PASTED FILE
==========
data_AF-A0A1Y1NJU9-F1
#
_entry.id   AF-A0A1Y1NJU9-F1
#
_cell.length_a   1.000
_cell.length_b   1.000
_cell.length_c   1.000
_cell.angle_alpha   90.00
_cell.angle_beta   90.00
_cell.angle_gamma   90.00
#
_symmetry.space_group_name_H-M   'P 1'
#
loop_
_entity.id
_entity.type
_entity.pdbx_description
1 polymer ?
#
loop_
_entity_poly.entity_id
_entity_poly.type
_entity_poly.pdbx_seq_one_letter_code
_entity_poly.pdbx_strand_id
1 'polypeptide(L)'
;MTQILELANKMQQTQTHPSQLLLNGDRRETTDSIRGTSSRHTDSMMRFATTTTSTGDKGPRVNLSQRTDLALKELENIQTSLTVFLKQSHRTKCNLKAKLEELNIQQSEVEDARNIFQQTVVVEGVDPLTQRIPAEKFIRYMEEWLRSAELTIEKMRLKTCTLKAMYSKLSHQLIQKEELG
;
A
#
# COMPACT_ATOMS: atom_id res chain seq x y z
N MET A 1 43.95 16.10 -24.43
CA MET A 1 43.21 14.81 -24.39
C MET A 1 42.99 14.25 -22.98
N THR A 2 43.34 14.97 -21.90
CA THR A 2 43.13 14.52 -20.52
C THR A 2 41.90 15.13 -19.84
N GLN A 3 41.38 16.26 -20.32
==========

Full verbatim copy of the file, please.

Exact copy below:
data_AF-A0A1Y1NJU9-F1
#
_entry.id   AF-A0A1Y1NJU9-F1
#
_cell.length_a   1.000
_cell.length_b   1.000
_cell.length_c   1.000
_cell.angle_alpha   90.00
_cell.angle_beta   90.00
_cell.angle_gamma   90.00
#
_symmetry.space_group_name_H-M   'P 1'
#
loop_
_entity.id
_entity.type
_entity.pdbx_description
1 polymer ?
#
loop_
_entity_poly.entity_id
_entity_poly.type
_entity_poly.pdbx_seq_one_letter_code
_entity_poly.pdbx_strand_id
1 'polypeptide(L)'
;MTQILELANKMQQTQTHPSQLLLNGDRRETTDSIRGTSSRHTDSMMRFATTTTSTGDKGPRVNLSQRTDLALKELENIQTSLTVFLKQSHRTKCNLKAKLEELNIQQSEVEDARNIFQQTVVVEGVDPLTQRIPAEKFIRYMEEWLRSAELTIEKMRLKTCTLKAMYSKLSHQLIQKEELG
;
A
#
# COMPACT_ATOMS: atom_id res chain seq x y z
N MET A 1 43.95 16.10 -24.43
CA MET A 1 43.21 14.81 -24.39
C MET A 1 42.99 14.25 -22.98
N THR A 2 43.34 14.97 -21.90
CA THR A 2 43.13 14.52 -20.52
C THR A 2 41.90 15.13 -19.84
N GLN A 3 41.38 16.26 -20.32